That’s the status for these Washington Nationals, now 11 games under .500 after Sean Doolittle's worst outing since arriving in Washington, sliding further and further away, unable to stumble into wins and only capable of hunting down ways to lose.

A night after curious bullpen usage which delivered yet another wrenching loss, and was followed Wednesday afternoon by a pep-talk focused team meeting, manager Davey Martinez dispatched his knee-quaking posse of relievers in superior fashion.

Joe Ross opened the seventh with an out. Matt Grace followed with two. Six outs to go in a 1-0 game for the league’s worst bullpen.

Kyle Barraclough started the eighth. He struck out J.D. Davis. Adeiny Hechavarria doubled, though the ball should have been caught by Juan Soto. Pete Alonso grounded out. Todd Frazier came to the plate and options arrived. A mound visit was followed by a four-pitch walk to Frazier. Doolittle entered the game to face light-hitting veteran Carlos Gomez. Stomach-churning chaos followed.

Doolittle hit Gomez with his first pitch -- his first beaned batter of the year and first since May 29, 2018. Juan Lagares doubled two pitches later to clear the bases. Wilson Ramos was intentionally walked. Pinch-hitter Rajai Davis hit a three-run homer two pitches into his at-bat.

That was the end for Doolittle, who walked off the mound with a stunned look. The one reliable piece in the league’s worst bullpen had as disastrous a night as possible, flushing Max Scherzer’s start, throwing aside rare quality work from other relievers, sending the Nationals to their fourth consecutive loss in this can’t-get-right season.

What followed was a stupefied clubhouse beginning to process just how dire the situation is on May 22.

Adam Eaton wondered where answers are and said they need to come now.

“We need to do something different sooner rather than later,” Eaton said. “We've talked about this for weeks now. Just haven't been playing good baseball.”

Martinez said he was “shocked” by Doolittle’s off-kilter outing.

“I tell them all the time: This thing will turn around,” Martinez said. “It’s going to turn around. But we have to believe that it will. We have to will it. It’s time that we just believe that we’re good enough to play here, cause we are. And we’ve got to make it happen. We’ve got to make things happen. And stay strong. Stay together. Stay strong. Pull for your teammates. And this thing will turn around.”

Doolittle had a hard time wrapping his head around his rare 12-pitch crumbling.

“I don't know, it's tough and it's a tough spot to come in and the context of how our season's going it hurts you even more,” Doolittle said. “To have Max pitch so well tonight and the guys grind it out....shoot I don't know. I'm really frustrated. I'm disgusted with myself and I let the team down. And it hurts.”

Scherzer was stern in his comments about a spiraling season.

“When you face adversity, this is when you reveal yourself,” Scherzer said. “Whether you have the mental fortitude to come back and you can block out all the negativity that's probably going to surround us right now. You've got to come forward to the game with that positive attitude of knowing what you can control and that you have the right mindset that you're going to go out there and compete and compete at 100 percent. You have to think of all the little things you can do.”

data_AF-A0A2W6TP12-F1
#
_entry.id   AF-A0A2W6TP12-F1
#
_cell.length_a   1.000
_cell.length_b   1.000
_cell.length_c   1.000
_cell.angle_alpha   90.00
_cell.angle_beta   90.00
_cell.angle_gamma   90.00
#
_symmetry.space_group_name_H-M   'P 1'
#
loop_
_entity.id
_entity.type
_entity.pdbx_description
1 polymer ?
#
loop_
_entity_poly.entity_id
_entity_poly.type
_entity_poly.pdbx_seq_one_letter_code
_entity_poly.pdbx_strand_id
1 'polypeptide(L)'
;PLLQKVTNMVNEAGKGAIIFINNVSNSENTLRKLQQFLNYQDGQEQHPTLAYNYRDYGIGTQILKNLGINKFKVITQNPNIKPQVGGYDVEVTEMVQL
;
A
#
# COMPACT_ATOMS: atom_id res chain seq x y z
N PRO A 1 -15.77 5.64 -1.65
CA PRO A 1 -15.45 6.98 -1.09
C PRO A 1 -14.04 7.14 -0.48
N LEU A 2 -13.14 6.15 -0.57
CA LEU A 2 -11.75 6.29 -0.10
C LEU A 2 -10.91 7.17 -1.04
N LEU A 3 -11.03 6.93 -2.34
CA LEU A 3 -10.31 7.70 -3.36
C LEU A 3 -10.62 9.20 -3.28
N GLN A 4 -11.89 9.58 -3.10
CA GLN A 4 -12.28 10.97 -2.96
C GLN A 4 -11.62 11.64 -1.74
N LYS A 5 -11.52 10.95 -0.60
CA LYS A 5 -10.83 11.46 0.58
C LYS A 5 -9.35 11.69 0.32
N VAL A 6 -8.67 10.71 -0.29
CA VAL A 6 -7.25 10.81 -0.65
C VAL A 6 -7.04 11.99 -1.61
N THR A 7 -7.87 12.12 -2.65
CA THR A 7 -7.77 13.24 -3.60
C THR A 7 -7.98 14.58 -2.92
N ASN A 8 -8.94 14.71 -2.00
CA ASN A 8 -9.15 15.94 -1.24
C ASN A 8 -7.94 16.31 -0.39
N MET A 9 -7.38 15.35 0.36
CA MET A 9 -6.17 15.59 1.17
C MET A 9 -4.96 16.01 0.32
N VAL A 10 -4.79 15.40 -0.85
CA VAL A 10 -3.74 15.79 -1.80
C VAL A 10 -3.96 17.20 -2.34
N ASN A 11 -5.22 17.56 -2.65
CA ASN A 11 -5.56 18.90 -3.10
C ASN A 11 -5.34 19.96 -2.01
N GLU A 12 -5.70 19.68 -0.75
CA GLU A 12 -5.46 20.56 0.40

There were those two words again: “little things.” They have conspired against the Nationals this year, undermining an-almost $200 million payroll, increasingly putting the manager’s future in jeopardy and ratcheting up calls for sweeping change. There’s been nothing little about them, and nothing the Nationals have figured out on the field or off to stop them from snuffing out the year before the season is even close to half done.

2. Scherzer needed 109 pitches to make it through six innings. The most important of those was his final one. The 11-pitch sixth gave the Nationals three fewer outs to pawn off on the bullpen. Scherzer opened the inning at 98 pitches before briskly working through Todd Frazier, Carlos Gomez and Juan Lagares.

He allowed four hits, struck out nine and walked two. The night drove Scherzer’s ERA down to 3.41. It all mattered little in the end.

“You just take it inning by inning, try to execute pitches,” Scherzer said. “I thought tonight I had a good inning out of the windup, had a good rocker step, and there were some pitches that I threw tonight that I executed well because I was nice and tall throughout my delivery. It kind of let me be able to pick up some consistency kind of early in the game and late in the game. When my delivery is right, and my slot is in the right spot, that’s when I execute all my pitches. So I felt like I was in better position tonight overall than I have been in the past.”

Why was Scherzer back to the mound after 98 pitches in five innings? Because of losses six weeks ago, three weeks ago, last week and this week. A team 10 games under .500 has to squeeze everything it can out of its ace on May 22. Time for a margin of error has eroded. What happened back then (losing series to Miami, for instance) piles up to have a grand influence on later.